After struggling for most of the first three quarters Sunday, the New Orleans Saints offense finally put together its most promising drive of a must-win game with the Atlanta Falcons.
The Saints gained just 94 yards on their first seven possessions against the NFL’s worst defense before marching 66 yards to the Falcons’ 14 on the final play of the third quarter, trailing 20-7.
As the suddenly lively Mercedes-Benz Superdome crowd sensed the Saints were back in it, a controversial fumble by tight end Jimmy Graham on the first play of the final quarter changed everything in a flash and loomed large in the Saints’ 30-14 loss.
Coupled with a win by the Carolina Panthers over the Cleveland Browns, the Saints (6-9) were eliminated from postseason contention, while the Falcons (6-9) remained in the hunt for a playoff berth.
To open the fourth quarter, Graham caught a short pass from Drew Brees and appeared to nudge the ball over the goal line as Falcons safety Dezmen Southward desperately tried to keep the 6-foot-7, 265-pounder out of the end zone.
As Southward held Graham up, teammate Kemal Ishmael ripped the ball free and recovered the fumble to end the threat as the Saints and their fans watching replays on the video boards vigorously protested.
Since all turnovers are reviewed automatically, referee John Parry went under the hood and consulted with league officials in New York. The play was upheld because there wasn’t enough visual evidence to overturn the ruling of a fumble on the field, Parry said.
“It’s something you can’t control,” Saints coach Sean Payton said. “It’s the same look that they have; I know that. What we were looking at is a television angle, (and) there’s only one angle that matters, right? The other ones didn’t matter. Did I think was a score? Yes.”
When asked whether he thought Graham’s forward progress was stopped, Payton said, “The one look we had as they continued to show it looked pretty clear. Yet — look, it is what it is … they (talk) to New York now with that. It’s disappointing.”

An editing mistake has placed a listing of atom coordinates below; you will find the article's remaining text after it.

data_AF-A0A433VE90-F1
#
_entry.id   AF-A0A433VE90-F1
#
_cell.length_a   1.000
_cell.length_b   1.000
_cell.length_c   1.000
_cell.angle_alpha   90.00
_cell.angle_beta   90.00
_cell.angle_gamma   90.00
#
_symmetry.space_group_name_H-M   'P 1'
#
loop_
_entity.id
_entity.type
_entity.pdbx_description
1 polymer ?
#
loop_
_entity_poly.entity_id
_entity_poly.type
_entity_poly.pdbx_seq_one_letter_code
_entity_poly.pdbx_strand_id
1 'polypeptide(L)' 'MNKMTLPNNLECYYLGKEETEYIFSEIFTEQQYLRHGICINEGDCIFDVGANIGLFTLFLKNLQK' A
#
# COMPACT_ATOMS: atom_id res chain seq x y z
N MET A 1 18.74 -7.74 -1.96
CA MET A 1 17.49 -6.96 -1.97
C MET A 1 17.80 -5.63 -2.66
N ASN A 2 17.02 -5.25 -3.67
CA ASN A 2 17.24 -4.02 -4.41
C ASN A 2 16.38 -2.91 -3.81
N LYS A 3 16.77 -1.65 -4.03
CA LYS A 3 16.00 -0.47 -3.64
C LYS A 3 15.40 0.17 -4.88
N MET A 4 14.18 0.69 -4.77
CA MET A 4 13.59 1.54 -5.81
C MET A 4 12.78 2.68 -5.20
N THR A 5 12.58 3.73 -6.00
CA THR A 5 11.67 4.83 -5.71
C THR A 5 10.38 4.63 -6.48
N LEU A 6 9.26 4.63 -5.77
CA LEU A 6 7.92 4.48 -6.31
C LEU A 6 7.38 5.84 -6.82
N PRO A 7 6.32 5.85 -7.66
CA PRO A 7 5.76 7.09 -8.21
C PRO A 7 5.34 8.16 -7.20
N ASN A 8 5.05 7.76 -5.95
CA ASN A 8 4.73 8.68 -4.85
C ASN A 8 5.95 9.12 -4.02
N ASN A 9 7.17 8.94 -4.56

Parry told a pool reporter that he and league officials looked at every replay angle but focused on the one at the goal line that showed the ball in Graham’s left hand as he tried to bull his way into the end zone.
“There was nothing clear and undisputable to make a change to the ruling from the field,” Parry said. “If we had (originally) ruled score, it probably would have stayed as a score.”
The Falcons offense took over and drained more than 5½ minutes off the clock before the Saints got the ball back.
The Saints went on to score on a 4-yard pass from Brees to Graham with 5:48 to play to cut the deficit to 20-14, but the damage already had been done.
Graham, who caught six passes for 53 yards, showered and left the locker room before reporters were allowed to enter. But, not surprisingly, several of his teammates disagreed with the call.
“I was running a go route on the other side of the field and saw him catch the ball and get to the goal line,” tight end Benjamin Watson said. “I guess it’s one of those things where the officials made a call, and it was tough to overturn it.”
Guard Jahri Evans said the replays showed the ball in Graham’s left hand as he pushed the ball across the goal line.
“Man, I don’t understand that play at all,” he said. “Half his body is across the goal line. He had the ball in his left hand, and the left hand is clearly across the goal. I don’t understand how it’s not a touchdown.”
Even though it was only one play, tackle Zach Strief said it was certainly a momentum-changer.
“Obviously it took points off the board, and it was a big momentum shift,” he said. “We think he was in, and they didn’t. … That’s how it falls.”
“It sure looked like it was going to be a touchdown for us,” Brees said. “It’s huge in the fact that it’s seven points or it’s not seven points — that’s huge.”
Follow Sheldon Mickles on Twitter @MicklesAdvocate.